The following is a staff post from Crystal Stemberger of Budgeting in the Fun Stuff, a personal finance blog about saving for the future, paying the bills, and budgeting in a ton of fun along the way.
I remember doing quite a few chores as a growing kid. I didn’t realize it at the time, but those age appropriate chores probably helped form the values like responsibility that I have today. Here is a quick look on what chores may be helpful for each age group.
The first chore I remember being asked to do was to pick up my own toys. I eventually figured out that they were easier to find when I knew where they’d be. The next chore that comes to mind was placing my used clothes into the dirty clothes hamper. I remember my mom explaining that your clothes last longer when the dogs can’t get to them. My last small child chore was to water the potted plants, and I enjoyed making sure our pretty flowers didn’t die.
All of these were easy things to do but seemed like huge accomplishments to me when I started doing them without being asked. Looking back, my parents were simply pushing me to lay a foundation of responsibility.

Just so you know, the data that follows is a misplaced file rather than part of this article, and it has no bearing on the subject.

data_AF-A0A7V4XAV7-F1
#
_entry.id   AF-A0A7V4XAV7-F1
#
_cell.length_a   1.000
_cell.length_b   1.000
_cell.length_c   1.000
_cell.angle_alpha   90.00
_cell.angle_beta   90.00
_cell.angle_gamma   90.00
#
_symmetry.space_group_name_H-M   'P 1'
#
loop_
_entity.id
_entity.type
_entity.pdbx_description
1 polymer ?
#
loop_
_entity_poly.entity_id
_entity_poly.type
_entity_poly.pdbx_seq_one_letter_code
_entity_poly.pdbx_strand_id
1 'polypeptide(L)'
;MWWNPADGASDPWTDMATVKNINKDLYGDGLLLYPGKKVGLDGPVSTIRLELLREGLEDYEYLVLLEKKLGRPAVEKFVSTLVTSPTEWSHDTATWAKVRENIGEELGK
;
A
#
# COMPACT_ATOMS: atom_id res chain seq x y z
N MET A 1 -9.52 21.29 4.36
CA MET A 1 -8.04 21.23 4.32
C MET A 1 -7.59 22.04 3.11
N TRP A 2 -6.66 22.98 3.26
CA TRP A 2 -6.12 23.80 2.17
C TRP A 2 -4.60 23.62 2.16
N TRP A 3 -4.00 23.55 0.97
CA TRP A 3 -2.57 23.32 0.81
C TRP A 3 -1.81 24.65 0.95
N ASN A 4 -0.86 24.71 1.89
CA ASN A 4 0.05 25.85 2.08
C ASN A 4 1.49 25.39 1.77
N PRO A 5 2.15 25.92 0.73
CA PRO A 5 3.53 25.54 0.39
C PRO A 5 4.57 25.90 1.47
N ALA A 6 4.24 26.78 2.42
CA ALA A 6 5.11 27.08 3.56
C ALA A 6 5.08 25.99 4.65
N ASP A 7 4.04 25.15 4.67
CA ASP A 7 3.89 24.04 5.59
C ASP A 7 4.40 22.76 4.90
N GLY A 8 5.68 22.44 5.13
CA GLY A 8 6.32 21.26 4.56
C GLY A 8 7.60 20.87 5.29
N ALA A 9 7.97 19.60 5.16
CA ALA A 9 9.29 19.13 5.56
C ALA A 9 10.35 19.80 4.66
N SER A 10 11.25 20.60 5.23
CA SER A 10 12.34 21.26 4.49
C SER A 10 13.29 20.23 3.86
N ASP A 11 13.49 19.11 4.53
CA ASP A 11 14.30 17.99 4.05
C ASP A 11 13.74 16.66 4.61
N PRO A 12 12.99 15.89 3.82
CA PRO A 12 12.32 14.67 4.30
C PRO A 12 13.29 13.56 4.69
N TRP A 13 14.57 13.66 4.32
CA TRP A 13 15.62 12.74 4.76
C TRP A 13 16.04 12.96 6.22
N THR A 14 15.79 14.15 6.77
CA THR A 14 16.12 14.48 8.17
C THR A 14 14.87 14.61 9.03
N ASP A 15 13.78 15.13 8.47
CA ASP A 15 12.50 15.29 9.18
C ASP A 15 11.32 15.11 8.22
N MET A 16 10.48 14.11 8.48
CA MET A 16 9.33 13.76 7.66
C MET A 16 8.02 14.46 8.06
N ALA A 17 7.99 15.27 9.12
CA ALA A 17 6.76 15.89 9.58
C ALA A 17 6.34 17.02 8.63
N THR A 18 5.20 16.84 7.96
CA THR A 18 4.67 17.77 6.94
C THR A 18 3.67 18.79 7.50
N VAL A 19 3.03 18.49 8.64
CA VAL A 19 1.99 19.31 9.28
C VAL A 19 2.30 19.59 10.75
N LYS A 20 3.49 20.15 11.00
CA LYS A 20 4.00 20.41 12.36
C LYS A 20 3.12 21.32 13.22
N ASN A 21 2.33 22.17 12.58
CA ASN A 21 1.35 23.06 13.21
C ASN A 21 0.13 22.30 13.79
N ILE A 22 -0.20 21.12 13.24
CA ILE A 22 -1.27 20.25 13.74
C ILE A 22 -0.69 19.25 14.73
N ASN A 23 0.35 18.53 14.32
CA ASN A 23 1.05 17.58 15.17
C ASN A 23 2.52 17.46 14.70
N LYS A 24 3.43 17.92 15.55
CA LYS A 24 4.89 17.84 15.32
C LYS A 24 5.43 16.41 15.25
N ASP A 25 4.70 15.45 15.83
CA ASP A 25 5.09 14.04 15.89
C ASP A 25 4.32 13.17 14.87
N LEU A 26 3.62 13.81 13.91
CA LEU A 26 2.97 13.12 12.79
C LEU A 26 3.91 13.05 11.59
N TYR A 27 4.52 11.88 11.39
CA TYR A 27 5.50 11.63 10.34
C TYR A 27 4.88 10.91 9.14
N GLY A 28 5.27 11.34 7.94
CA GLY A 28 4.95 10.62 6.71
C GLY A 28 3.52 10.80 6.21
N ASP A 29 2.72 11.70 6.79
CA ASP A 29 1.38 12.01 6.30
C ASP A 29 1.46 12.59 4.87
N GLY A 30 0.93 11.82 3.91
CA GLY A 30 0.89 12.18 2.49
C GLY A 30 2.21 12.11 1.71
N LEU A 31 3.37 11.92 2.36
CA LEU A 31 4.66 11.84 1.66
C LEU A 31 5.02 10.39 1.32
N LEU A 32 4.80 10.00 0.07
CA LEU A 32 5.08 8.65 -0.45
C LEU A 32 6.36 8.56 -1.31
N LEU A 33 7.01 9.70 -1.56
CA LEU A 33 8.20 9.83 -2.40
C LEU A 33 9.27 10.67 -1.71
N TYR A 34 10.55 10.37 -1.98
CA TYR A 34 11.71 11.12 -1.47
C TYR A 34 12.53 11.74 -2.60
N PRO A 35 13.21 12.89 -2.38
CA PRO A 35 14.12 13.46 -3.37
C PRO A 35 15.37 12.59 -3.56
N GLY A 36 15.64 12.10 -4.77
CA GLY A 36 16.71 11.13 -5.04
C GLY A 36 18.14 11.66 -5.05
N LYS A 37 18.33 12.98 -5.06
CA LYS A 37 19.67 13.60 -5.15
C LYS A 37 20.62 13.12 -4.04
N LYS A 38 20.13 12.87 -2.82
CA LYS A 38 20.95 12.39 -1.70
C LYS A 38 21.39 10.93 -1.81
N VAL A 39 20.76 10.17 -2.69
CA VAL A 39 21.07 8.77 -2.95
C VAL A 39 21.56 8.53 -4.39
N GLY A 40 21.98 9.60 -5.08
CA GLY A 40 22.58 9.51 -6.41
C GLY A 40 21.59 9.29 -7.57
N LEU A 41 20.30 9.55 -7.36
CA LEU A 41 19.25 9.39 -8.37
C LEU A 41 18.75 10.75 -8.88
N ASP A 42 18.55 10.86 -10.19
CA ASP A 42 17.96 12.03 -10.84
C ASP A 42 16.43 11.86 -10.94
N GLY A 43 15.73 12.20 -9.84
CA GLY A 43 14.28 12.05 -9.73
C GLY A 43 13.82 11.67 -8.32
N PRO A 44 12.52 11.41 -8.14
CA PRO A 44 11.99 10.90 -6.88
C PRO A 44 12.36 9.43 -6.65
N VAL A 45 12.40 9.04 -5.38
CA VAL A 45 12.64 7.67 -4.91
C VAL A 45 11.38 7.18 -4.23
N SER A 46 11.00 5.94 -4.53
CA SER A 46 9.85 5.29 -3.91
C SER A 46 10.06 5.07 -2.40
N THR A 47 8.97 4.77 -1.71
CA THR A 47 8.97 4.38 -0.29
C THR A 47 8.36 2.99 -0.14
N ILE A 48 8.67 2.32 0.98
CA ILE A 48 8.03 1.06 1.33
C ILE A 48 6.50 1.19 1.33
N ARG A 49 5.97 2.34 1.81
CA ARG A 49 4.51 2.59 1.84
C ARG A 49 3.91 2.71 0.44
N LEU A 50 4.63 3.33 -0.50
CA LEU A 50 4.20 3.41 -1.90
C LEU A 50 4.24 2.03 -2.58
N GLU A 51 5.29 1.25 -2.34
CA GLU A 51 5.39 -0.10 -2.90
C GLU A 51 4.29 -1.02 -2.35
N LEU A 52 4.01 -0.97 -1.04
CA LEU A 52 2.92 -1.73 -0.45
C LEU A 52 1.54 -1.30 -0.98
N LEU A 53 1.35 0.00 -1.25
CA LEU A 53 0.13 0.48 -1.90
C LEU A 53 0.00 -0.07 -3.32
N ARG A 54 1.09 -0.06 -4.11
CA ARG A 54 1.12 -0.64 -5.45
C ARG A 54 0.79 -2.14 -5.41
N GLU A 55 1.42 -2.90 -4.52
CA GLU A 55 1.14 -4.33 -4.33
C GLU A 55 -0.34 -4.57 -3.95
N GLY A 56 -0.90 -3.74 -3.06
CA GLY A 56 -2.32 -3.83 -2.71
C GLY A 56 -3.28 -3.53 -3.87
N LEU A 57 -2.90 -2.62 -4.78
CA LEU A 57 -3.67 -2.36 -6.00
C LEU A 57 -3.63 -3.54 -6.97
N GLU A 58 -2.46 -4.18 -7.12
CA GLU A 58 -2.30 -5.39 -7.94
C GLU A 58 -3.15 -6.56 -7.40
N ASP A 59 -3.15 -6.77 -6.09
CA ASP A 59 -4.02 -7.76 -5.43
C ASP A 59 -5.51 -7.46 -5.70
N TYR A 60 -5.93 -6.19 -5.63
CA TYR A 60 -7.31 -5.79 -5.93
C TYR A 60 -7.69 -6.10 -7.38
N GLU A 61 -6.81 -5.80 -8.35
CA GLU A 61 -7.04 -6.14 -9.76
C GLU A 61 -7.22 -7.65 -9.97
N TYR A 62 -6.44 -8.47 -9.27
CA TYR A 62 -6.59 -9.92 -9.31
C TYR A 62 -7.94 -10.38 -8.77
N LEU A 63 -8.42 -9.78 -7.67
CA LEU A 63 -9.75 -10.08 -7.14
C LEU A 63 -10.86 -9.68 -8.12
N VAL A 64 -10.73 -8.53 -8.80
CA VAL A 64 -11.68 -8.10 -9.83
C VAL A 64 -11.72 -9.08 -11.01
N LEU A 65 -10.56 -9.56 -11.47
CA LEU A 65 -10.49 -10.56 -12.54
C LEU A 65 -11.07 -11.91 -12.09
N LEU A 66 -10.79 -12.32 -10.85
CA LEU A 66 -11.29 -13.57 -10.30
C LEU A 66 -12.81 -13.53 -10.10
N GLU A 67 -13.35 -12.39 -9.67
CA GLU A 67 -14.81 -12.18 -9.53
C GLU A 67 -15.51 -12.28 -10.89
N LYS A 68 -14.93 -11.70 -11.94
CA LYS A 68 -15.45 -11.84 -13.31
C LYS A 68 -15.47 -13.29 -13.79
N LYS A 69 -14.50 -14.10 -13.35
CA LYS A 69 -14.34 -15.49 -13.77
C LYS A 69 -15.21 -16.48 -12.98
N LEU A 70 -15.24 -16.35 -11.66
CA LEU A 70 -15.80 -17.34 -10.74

As I got older and learned the difference between our plants and random growth, I learned to weed properly for the first time. Then came the jobs I rather have avoided like picking up dog poop before my dad mowed. I was also asked to take the trash from the full cans to the main trashcan in the backyard. Finally, I was expected to clean up my own room on a weekly basis. I’ll be honest…I still stink at this one.
All of these chores were less fun than the first ones, but I did learn that some things have to be done whether you like it or not. Isn’t that the definition of responsibility and the beginnings of maturity?
The chores I was given during my teenage years taught me life basics that I ended up using when I moved out on my own. I learned how to properly do laundry and mop a floor. My dad happily handed over the reigns of the lawn mower. My mom took advantage of my driver’s license and started sending me out for groceries. Those responsibilities are necessary in my own household. Well, except for lawn mowing. I am so thankful that apartments do not have lawns and that I make enough to pay someone else to do it now.
Through it all, I look back and realize that my parents took my maturity into account. Even easy chores like dusting can lead to broken items if a young child hasn’t learned to control their own strength. In the end, every child can be taught responsibility if given age appropriate chores. Then they will be more prepared for life as an adult, which is a true blessing. The saddest thing I saw in college were young adults that had no idea what responsibility was or how to handle it.
What other age appropriate chores can you think of?